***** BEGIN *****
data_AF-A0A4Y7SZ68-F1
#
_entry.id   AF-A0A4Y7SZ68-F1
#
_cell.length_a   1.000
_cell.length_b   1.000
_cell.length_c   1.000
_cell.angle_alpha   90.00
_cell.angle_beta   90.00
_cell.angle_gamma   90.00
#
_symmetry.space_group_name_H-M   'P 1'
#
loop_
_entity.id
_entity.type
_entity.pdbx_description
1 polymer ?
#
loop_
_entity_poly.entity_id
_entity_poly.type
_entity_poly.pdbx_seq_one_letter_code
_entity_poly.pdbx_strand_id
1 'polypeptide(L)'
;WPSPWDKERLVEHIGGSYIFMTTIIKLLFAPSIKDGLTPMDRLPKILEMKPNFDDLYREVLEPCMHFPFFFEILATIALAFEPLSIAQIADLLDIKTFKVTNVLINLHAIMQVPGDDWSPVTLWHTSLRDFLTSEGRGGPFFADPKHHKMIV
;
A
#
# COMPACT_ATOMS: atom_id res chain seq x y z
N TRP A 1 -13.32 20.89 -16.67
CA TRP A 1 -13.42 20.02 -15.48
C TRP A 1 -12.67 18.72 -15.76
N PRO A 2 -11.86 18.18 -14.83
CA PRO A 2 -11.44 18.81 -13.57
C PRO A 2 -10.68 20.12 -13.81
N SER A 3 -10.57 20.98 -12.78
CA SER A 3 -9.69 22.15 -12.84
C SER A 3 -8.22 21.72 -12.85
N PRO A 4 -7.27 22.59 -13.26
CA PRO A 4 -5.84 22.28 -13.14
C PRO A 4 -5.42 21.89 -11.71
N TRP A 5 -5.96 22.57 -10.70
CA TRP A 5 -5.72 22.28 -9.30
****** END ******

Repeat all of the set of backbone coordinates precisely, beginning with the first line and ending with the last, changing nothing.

data_AF-A0A4Y7SZ68-F1
#
_entry.id   AF-A0A4Y7SZ68-F1
#
_cell.length_a   1.000
_cell.length_b   1.000
_cell.length_c   1.000
_cell.angle_alpha   90.00
_cell.angle_beta   90.00
_cell.angle_gamma   90.00
#
_symmetry.space_group_name_H-M   'P 1'
#
loop_
_entity.id
_entity.type
_entity.pdbx_description
1 polymer ?
#
loop_
_entity_poly.entity_id
_entity_poly.type
_entity_poly.pdbx_seq_one_letter_code
_entity_poly.pdbx_strand_id
1 'polypeptide(L)'
;WPSPWDKERLVEHIGGSYIFMTTIIKLLFAPSIKDGLTPMDRLPKILEMKPNFDDLYREVLEPCMHFPFFFEILATIALAFEPLSIAQIADLLDIKTFKVTNVLINLHAIMQVPGDDWSPVTLWHTSLRDFLTSEGRGGPFFADPKHHKMIV
;
A
#
# COMPACT_ATOMS: atom_id res chain seq x y z
N TRP A 1 -13.32 20.89 -16.67
CA TRP A 1 -13.42 20.02 -15.48
C TRP A 1 -12.67 18.72 -15.76
N PRO A 2 -11.86 18.18 -14.83
CA PRO A 2 -11.44 18.81 -13.57
C PRO A 2 -10.68 20.12 -13.81
N SER A 3 -10.57 20.98 -12.78
CA SER A 3 -9.69 22.15 -12.84
C SER A 3 -8.22 21.72 -12.85
N PRO A 4 -7.27 22.59 -13.26
CA PRO A 4 -5.84 22.28 -13.14
C PRO A 4 -5.42 21.89 -11.71
N TRP A 5 -5.96 22.57 -10.70
CA TRP A 5 -5.72 22.28 -9.30